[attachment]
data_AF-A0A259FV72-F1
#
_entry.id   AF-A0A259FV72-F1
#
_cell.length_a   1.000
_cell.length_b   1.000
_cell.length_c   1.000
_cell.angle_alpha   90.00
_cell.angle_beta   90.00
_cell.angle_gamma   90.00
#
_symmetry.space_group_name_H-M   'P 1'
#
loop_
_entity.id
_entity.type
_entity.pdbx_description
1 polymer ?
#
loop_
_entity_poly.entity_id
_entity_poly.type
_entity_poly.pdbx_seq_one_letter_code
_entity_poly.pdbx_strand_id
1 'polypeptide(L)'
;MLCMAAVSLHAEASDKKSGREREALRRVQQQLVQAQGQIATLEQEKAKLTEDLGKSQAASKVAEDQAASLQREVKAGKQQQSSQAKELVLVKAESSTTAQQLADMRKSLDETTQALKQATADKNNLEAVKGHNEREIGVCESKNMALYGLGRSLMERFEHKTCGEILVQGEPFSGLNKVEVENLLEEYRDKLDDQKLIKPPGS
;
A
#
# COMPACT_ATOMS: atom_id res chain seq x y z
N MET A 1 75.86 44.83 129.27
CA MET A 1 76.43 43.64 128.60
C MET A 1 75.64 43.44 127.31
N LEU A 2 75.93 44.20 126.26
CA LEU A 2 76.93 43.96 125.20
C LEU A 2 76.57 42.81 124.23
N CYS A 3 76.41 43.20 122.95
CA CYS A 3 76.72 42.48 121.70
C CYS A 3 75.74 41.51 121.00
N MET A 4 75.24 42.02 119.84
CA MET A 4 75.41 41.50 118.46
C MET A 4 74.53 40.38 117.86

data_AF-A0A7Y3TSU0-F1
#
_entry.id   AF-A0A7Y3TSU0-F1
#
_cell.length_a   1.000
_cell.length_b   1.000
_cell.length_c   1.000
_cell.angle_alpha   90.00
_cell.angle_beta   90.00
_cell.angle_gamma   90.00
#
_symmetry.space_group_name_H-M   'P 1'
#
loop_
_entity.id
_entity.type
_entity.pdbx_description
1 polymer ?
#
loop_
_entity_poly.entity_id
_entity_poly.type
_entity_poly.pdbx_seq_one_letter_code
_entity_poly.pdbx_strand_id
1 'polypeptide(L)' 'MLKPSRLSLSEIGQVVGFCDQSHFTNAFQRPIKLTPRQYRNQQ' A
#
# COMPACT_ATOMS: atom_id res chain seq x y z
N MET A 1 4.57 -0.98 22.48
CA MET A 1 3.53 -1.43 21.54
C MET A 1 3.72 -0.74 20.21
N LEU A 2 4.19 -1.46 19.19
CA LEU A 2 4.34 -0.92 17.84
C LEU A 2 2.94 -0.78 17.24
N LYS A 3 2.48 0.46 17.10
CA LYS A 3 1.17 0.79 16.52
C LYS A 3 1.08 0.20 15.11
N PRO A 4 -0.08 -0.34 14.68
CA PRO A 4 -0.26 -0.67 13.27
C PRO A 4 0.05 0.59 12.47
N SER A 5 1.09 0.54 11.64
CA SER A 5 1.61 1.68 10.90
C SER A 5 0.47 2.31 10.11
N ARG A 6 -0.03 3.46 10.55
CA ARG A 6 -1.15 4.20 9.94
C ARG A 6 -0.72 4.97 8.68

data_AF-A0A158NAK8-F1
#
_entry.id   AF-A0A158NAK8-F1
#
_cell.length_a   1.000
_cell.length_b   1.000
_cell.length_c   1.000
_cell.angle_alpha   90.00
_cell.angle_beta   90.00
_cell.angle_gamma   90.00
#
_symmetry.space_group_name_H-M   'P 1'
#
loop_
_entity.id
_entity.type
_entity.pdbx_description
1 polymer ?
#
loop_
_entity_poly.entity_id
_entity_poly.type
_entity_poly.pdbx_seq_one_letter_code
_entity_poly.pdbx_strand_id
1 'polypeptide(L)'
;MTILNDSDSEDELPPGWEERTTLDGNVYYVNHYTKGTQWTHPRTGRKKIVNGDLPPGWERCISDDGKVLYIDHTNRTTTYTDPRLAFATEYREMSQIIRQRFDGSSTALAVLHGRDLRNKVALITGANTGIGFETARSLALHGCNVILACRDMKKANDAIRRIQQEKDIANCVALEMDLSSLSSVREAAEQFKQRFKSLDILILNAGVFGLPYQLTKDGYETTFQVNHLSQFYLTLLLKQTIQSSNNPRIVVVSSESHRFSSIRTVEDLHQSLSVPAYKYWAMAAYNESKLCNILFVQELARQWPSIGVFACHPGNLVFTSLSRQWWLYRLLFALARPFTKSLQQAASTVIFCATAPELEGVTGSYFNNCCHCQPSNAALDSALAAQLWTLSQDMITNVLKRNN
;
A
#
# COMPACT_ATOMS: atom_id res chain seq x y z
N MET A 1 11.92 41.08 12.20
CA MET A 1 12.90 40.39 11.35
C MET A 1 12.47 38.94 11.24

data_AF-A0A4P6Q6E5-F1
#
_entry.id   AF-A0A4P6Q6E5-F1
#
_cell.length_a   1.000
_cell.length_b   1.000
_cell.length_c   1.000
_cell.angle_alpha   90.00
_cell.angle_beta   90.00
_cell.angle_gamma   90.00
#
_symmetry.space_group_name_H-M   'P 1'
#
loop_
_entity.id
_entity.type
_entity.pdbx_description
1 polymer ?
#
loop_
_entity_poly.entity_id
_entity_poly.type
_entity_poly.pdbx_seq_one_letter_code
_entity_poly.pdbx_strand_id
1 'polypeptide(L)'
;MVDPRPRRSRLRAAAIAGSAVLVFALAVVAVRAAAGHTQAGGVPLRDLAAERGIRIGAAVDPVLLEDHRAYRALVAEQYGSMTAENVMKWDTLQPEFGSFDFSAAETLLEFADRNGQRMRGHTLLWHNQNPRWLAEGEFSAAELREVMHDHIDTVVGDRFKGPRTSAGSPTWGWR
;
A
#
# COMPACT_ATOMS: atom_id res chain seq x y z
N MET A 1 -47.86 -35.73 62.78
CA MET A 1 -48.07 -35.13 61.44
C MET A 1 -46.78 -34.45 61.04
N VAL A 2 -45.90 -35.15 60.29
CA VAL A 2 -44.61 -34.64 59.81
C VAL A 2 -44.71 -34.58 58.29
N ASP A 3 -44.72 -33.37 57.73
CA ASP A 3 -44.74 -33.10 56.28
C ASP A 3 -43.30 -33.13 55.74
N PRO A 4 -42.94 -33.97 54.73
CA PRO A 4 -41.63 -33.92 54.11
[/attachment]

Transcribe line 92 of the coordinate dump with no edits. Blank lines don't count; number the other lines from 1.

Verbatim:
_cell.length_a   1.000